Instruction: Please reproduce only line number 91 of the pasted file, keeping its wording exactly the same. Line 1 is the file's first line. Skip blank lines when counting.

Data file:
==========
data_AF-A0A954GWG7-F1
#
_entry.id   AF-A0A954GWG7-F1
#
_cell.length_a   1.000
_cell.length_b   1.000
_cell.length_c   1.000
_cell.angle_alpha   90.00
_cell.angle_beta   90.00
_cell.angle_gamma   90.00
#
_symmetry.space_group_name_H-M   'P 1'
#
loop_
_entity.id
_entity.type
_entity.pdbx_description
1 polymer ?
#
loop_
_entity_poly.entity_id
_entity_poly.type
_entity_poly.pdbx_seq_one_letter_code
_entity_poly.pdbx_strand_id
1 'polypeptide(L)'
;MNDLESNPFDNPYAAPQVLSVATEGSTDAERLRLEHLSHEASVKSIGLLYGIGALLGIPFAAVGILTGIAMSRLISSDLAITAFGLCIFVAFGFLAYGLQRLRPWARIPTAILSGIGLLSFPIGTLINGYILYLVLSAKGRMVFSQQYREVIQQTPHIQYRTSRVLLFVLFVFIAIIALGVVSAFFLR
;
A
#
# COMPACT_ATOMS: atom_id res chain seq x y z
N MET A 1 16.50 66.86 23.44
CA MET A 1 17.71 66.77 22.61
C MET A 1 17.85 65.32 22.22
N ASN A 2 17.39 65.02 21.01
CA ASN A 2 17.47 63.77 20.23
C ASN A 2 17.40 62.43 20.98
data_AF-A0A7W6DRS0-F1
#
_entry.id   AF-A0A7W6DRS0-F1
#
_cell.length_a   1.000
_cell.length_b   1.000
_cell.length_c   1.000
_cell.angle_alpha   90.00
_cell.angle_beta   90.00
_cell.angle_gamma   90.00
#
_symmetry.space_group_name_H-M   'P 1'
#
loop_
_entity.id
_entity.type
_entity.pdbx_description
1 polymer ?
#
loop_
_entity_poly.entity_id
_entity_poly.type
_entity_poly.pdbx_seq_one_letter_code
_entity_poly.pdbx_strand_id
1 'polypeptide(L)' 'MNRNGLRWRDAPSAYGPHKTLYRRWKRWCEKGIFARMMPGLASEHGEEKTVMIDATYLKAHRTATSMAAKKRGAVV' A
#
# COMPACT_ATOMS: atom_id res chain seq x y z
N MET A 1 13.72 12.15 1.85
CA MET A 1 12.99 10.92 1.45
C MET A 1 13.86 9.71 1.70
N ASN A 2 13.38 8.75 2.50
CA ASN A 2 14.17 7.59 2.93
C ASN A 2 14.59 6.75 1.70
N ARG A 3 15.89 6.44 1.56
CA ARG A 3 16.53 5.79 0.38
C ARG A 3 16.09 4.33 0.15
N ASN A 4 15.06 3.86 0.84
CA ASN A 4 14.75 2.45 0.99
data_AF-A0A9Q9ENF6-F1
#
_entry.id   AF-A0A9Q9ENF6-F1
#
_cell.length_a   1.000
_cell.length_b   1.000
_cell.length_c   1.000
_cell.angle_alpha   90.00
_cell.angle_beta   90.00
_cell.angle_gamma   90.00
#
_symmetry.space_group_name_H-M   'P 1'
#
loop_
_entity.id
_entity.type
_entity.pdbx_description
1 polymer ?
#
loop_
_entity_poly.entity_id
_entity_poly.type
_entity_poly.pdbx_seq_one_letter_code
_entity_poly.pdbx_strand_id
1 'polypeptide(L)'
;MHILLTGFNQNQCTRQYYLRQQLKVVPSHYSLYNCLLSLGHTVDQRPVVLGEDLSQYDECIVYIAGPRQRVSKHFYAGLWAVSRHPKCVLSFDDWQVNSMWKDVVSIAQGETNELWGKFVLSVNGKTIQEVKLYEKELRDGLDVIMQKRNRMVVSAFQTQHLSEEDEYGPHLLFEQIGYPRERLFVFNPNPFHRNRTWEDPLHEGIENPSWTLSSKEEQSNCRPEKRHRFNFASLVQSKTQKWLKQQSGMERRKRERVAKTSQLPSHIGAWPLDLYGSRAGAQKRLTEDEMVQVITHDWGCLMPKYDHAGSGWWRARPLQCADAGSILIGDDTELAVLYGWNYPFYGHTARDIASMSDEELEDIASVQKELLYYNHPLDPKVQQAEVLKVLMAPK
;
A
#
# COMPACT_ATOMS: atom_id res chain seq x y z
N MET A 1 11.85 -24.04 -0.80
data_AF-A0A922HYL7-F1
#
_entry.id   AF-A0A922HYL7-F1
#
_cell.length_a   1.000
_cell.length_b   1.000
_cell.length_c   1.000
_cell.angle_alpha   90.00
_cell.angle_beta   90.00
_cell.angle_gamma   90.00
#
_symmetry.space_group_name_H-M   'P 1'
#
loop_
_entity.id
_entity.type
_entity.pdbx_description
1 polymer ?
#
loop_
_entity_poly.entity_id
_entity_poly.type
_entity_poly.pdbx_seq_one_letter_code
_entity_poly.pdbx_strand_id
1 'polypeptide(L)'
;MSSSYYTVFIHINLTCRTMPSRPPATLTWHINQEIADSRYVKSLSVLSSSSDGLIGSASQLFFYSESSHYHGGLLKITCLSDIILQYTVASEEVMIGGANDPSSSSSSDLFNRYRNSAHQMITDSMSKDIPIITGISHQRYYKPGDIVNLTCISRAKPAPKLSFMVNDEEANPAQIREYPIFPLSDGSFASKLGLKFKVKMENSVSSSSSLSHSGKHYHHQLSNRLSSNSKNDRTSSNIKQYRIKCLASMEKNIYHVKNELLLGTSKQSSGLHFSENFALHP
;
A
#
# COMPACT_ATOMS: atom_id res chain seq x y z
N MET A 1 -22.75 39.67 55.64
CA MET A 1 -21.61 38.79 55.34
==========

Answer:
_entity.pdbx_description